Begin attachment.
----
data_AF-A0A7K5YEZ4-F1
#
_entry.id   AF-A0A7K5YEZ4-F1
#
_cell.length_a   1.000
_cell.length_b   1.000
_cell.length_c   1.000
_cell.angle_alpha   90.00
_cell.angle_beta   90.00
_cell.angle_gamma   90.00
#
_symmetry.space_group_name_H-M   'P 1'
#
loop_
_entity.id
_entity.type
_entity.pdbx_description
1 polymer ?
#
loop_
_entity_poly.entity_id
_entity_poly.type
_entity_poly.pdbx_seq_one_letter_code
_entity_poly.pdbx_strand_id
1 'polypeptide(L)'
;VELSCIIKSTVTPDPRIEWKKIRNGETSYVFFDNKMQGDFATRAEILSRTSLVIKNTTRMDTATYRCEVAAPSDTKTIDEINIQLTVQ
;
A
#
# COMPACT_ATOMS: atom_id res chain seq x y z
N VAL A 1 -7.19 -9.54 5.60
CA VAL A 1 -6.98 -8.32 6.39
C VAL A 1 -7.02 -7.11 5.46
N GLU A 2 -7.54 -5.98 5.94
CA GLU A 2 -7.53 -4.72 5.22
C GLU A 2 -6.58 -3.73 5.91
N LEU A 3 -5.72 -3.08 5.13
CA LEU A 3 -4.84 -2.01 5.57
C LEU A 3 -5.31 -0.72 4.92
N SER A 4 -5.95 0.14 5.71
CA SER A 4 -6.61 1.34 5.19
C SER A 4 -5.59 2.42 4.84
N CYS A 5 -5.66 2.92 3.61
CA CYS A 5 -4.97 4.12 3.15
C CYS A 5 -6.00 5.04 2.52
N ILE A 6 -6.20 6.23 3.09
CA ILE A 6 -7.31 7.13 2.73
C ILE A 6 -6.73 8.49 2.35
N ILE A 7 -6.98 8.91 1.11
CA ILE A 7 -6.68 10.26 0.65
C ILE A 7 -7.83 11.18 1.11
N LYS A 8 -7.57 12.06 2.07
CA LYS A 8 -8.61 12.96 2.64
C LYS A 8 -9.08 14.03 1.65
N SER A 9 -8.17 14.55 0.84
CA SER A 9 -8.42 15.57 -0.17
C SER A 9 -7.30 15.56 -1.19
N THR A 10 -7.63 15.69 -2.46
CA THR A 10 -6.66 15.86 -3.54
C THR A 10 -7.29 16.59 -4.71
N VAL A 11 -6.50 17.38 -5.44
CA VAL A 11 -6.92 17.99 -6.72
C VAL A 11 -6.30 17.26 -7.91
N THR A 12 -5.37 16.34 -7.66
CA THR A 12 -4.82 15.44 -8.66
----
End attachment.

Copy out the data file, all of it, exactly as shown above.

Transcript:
data_AF-A0A7K5YEZ4-F1
#
_entry.id   AF-A0A7K5YEZ4-F1
#
_cell.length_a   1.000
_cell.length_b   1.000
_cell.length_c   1.000
_cell.angle_alpha   90.00
_cell.angle_beta   90.00
_cell.angle_gamma   90.00
#
_symmetry.space_group_name_H-M   'P 1'
#
loop_
_entity.id
_entity.type
_entity.pdbx_description
1 polymer ?
#
loop_
_entity_poly.entity_id
_entity_poly.type
_entity_poly.pdbx_seq_one_letter_code
_entity_poly.pdbx_strand_id
1 'polypeptide(L)'
;VELSCIIKSTVTPDPRIEWKKIRNGETSYVFFDNKMQGDFATRAEILSRTSLVIKNTTRMDTATYRCEVAAPSDTKTIDEINIQLTVQ
;
A
#
# COMPACT_ATOMS: atom_id res chain seq x y z
N VAL A 1 -7.19 -9.54 5.60
CA VAL A 1 -6.98 -8.32 6.39
C VAL A 1 -7.02 -7.11 5.46
N GLU A 2 -7.54 -5.98 5.94
CA GLU A 2 -7.53 -4.72 5.22
C GLU A 2 -6.58 -3.73 5.91
N LEU A 3 -5.72 -3.08 5.13
CA LEU A 3 -4.84 -2.01 5.57
C LEU A 3 -5.31 -0.72 4.92
N SER A 4 -5.95 0.14 5.71
CA SER A 4 -6.61 1.34 5.19
C SER A 4 -5.59 2.42 4.84
N CYS A 5 -5.66 2.92 3.61
CA CYS A 5 -4.97 4.12 3.15
C CYS A 5 -6.00 5.04 2.52
N ILE A 6 -6.20 6.23 3.09
CA ILE A 6 -7.31 7.13 2.73
C ILE A 6 -6.73 8.49 2.35
N ILE A 7 -6.98 8.91 1.11
CA ILE A 7 -6.68 10.26 0.65
C ILE A 7 -7.83 11.18 1.11
N LYS A 8 -7.57 12.06 2.07
CA LYS A 8 -8.61 12.96 2.64
C LYS A 8 -9.08 14.03 1.65
N SER A 9 -8.17 14.55 0.84
CA SER A 9 -8.42 15.57 -0.17
C SER A 9 -7.30 15.56 -1.19
N THR A 10 -7.63 15.69 -2.46
CA THR A 10 -6.66 15.86 -3.54
C THR A 10 -7.29 16.59 -4.71
N VAL A 11 -6.50 17.38 -5.44
CA VAL A 11 -6.92 17.99 -6.72
C VAL A 11 -6.30 17.26 -7.91
N THR A 12 -5.37 16.34 -7.66
CA THR A 12 -4.82 15.44 -8.66